During the publishing process several versions of an article are formed.
You can find all these different versions of articles in different repositories, databases or archives.
The following table contains the various names of article versions that publishers use at different stages of the publication process.
Figure: Public Domain
|Manuscript submitted to journal||Author's final version of an article||
Article published in a journal
|Terms||Pre-print, submitted version, author-submitted article||Post-print, final draft, accepted author manuscript, accepted article, author's accepted manuscript||
Final published article, final published version, version of record, definitive version, publisher PDF, publisher's version, ahead of print, in press, corrected proof, online first, epub, forthcoming article.
|Definition||Not peer reviewed, author's first article manuscript version sent to a journal||The author's final version of an article that has been modified according to the feedback of the peer review, does not have the layout or logos of the publisher||Final version of the article that has layout, pagination, logo etc. finalized by the publisher|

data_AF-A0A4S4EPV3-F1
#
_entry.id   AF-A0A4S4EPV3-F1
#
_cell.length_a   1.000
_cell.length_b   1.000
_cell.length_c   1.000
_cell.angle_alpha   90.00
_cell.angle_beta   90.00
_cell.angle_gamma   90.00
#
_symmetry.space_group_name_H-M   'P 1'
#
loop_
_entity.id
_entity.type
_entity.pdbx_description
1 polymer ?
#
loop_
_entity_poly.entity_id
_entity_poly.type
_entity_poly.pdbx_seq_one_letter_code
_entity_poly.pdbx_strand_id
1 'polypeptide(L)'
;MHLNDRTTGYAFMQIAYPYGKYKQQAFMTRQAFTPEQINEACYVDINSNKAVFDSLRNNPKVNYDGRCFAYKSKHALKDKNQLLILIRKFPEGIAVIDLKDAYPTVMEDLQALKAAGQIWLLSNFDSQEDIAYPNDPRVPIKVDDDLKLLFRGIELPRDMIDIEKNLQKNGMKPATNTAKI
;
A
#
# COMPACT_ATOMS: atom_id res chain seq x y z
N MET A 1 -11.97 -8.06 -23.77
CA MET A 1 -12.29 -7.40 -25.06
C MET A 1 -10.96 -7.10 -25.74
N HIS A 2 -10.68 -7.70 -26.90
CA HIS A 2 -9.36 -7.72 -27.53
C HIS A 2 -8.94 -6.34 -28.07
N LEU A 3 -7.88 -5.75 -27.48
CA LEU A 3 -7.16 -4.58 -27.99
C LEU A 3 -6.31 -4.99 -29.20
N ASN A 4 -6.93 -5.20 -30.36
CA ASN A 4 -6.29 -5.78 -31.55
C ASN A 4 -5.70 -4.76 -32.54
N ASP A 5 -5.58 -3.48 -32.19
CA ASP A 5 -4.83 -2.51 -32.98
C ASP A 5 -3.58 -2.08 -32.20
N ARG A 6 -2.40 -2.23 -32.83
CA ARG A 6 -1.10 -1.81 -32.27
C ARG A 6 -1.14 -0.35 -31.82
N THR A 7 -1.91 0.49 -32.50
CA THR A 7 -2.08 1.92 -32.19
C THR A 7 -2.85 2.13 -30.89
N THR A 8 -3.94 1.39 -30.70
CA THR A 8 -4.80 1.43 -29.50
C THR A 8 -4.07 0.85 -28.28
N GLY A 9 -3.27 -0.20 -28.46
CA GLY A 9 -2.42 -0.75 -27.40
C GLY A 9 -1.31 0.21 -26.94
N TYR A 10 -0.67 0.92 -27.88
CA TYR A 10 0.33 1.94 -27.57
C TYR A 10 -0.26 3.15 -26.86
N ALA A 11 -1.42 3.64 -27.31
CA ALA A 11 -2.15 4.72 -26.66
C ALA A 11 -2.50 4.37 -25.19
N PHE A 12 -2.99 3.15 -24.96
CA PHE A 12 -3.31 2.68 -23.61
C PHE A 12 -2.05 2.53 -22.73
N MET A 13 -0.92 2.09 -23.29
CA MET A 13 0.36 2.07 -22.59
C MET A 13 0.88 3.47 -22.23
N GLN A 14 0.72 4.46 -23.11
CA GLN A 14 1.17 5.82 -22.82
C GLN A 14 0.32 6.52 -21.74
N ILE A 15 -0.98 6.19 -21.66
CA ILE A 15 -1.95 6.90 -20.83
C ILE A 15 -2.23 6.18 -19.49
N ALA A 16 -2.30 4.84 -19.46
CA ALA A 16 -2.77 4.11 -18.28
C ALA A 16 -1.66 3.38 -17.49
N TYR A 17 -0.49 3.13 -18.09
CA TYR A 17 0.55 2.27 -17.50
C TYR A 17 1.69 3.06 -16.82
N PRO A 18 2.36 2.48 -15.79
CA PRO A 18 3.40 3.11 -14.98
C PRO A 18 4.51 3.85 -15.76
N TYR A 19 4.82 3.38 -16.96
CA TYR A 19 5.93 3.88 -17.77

Open Access repositories can be either institutional e.g Trepo or subject-based e.g. arXiv, RePec. Institutional repositories provide access to institutional research output and articles produced by the members of an institution or an university. Subject-based repositores focus on articles and other research outputs published in a specific discipline. You can find more repositories from these services:
What are preprint repositories
Preprint repositories contain scientific articles that haven't been peer reviewed yet. The repositories can be either subject based or multidisciplinary. They may also contain other additional material such as data associated with an article.
Many publishers and funders have also launched their own preprint repositories (e.g. F1000 Research, Gates Open Research, Lancet, MDPI, Peer J, Springer Natue, Wellcome and Wiley).